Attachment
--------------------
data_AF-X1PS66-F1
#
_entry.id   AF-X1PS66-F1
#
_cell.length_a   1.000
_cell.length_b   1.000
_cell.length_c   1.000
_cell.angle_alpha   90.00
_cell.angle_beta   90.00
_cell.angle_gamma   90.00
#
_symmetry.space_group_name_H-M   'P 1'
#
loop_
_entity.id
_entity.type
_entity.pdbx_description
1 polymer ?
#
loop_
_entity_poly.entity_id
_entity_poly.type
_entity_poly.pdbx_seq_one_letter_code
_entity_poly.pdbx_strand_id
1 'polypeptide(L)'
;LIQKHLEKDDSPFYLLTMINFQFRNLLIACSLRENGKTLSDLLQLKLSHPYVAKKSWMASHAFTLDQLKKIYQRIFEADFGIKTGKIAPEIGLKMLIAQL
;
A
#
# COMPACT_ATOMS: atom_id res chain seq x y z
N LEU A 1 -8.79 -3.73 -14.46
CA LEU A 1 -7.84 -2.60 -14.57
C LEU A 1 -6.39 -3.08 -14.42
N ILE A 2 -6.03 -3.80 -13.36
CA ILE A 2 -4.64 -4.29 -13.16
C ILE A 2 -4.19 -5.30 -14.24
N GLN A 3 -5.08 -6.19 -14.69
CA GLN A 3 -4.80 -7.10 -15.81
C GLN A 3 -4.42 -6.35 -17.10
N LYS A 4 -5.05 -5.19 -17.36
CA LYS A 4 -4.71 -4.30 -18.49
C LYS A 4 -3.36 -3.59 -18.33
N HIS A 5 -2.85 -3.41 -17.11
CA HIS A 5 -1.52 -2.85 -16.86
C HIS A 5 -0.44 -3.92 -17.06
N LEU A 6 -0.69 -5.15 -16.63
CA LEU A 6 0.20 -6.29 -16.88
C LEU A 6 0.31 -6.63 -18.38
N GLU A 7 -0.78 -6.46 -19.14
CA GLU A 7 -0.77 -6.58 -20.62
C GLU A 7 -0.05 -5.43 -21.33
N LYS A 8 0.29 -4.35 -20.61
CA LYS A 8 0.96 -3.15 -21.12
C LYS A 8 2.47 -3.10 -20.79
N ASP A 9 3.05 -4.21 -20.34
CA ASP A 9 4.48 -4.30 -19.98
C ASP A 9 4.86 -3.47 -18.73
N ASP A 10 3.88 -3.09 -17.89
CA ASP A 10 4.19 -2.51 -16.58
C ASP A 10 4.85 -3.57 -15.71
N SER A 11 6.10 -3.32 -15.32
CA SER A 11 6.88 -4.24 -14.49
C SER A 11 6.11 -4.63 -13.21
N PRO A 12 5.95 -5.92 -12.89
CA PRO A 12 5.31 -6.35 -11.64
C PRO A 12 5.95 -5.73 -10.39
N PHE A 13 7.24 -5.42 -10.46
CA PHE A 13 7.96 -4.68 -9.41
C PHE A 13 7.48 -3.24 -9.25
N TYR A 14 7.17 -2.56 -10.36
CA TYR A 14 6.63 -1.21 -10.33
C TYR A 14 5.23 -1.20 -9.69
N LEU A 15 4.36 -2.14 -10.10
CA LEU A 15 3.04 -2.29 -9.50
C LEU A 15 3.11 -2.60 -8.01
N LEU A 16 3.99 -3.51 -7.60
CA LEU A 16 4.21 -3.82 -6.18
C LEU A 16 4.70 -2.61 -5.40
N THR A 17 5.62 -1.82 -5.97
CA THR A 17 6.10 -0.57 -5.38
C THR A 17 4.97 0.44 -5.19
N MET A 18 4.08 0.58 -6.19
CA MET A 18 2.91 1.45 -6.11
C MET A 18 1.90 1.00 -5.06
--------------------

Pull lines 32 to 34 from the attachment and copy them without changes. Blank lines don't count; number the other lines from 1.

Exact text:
CA LEU A 1 -7.84 -2.60 -14.57
C LEU A 1 -6.39 -3.08 -14.42
N ILE A 2 -6.03 -3.80 -13.36